Digital skills are not only becoming increasingly important for day-to-day life, but are also becoming so prolific in the workplace that many argue most roles need some knowledge about tech.
Despite its importance, many adults in the UK still don’t have basic digital skills, making it more important than ever for young people to be properly educated in digital.
This year saw some difficulties for both IT recruitment and tech education as the pandemic forced people to work and learn from home by utilising technology, shining a light on the importance of digital skills going forward.
But some of 2019’s most learned skills do not match up with the most demanded skills this year – SQL was the most popular software development skill, HTTP was the top IT ops skill, for data the top skill was Microsoft SQL Server, and in security CISSP was a must-have.
At the BETT education show in January 2020, then universities minister Chris Skidmore claimed Brexit would present an opportunity for the UK to develop “global collaboration” around areas such as education technology (edtech).
Days before the UK officially withdrew from the European Union, Skidmore said the UK should use Brexit as an opportunity to develop partnerships with others in the edtech sector to begin developing technologies that might solve common problems, such as teachers’ workload and cheating by students.
As the UK withdrew from the European Union, the government began to outline plans for immigration of skilled workers into the UK.
The government announced a points-based immigration system that will award points to applicants based on certain criteria, such as skills, qualifications, salaries, professions and the ability to speak English, with the aim of ensuring only the most skilled people come to work in the UK.
Changes were also made to the Global Talent route for highly skilled workers to allow very talented people to enter the UK without a job offer if they meet the requirements for a visa and are endorsed by a relevant competent body. Tech Nation, the endorsing body for the digital technology route of the UK’s Global Talent Visa, saw an increase in applications in 2020.
As people were forced to stay at home as a result of the coronavirus pandemic, the technology divide became incredibly apparent, with some coping well or learning new skills in lockdown while others struggled to adapt to using digital means to carry out day-to-day tasks.
To find out more about the digital skills implications of the pandemic, the All Party Parliamentary Group on Digital Skills launched a call to action to find out if lessons learned in lockdown could help build digital skills policy in the future.
The group asked for organisations to share what issues they had faced during the pandemic, how they have adapted to these issues, and what recommendations could be made for policymakers to increase digital skills in the future.
As the pandemic forced many to work and learn from home, in many cases by taking advantage of digital tech, people began to realise the importance of technology skills.
Many adults became interested in further developing their digital skills, and some even said their confidence with digital tech increased after using technology during lockdown restrictions.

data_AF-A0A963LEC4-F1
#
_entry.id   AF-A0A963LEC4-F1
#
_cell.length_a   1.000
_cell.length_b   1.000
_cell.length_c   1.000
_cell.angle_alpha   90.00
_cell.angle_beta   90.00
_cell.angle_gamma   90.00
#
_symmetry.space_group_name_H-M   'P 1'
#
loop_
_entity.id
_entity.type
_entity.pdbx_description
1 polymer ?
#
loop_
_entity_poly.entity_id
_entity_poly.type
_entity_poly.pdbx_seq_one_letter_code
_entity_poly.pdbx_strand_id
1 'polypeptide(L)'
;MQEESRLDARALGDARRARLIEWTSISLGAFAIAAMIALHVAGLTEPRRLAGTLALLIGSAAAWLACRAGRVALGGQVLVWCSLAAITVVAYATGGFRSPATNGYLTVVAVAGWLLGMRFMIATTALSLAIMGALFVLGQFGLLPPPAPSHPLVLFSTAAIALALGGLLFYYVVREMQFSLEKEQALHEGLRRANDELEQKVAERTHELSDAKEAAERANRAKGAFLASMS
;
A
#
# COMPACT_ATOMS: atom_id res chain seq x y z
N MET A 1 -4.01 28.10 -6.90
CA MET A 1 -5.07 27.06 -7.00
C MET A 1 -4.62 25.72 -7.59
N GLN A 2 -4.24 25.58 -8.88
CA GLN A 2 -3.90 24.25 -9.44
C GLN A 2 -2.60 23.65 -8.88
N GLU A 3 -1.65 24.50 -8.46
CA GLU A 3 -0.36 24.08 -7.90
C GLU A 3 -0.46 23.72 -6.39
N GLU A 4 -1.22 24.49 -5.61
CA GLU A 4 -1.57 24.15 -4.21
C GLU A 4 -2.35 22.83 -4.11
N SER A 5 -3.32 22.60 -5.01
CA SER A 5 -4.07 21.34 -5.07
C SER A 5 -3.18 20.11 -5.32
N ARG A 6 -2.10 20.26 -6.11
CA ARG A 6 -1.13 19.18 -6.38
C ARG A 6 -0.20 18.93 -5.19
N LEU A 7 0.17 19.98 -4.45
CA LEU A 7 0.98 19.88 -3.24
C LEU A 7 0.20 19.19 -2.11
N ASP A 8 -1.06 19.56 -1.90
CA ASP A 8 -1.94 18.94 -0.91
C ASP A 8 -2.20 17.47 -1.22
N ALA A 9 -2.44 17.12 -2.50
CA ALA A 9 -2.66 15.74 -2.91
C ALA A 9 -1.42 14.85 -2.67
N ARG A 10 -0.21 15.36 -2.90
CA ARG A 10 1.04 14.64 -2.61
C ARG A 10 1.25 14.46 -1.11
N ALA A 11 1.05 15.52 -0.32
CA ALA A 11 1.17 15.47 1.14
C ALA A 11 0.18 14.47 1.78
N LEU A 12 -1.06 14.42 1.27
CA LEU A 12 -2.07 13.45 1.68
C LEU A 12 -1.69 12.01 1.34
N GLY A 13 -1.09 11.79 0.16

As the year went on, it became clear the shift towards working from home might last longer than first predicted, with some companies saying their employees could work from home indefinitely if that’s what they want to do.
This sparked questions about the future of large offices and technology hubs such as London, where a lot of the UK’s tech talent resides – will tech talent continue to flock to the capital if office working makes way for more flexible jobs?
When it became clear the coronavirus outbreak would be ongoing, the decision was made to cancel exams for the 2020 academic year, with results being decided using a combination of teacher recommendation, non-examined assessments, school data and data from previous years.
Despite this method leading to many concerns and complaints about grades, students performed well, seeing the number of students achieving high A-level grades in computing increasing year-on-year and high grades for GSCE computing in England.
Hiring during the pandemic was unpredictable, with some industries suffering due to ongoing lockdowns, while others thrived.
Large numbers of IT workers admitted to being worried about losing their jobs during the pandemic, and some firms are being cautious with budgets until certainty returns.
Despite initial concerns about IT jobs and recruitment, the number of advertised roles in the sector increased towards the end of the year.
Tech Nation and the government’s Digital Economy Council found digital jobs account for about 9% of the UK workforce, and adverts for job roles in technology and digital in the UK increased by 36% between June and September 2020.
The end of the year brought positive news for the tech sector as research by CWJobs found a large number of people outside of the industry are now considering a tech career.
The job board found more than half of non-tech people looking for a career shift would consider, or are already making the leap into, a tech-based career.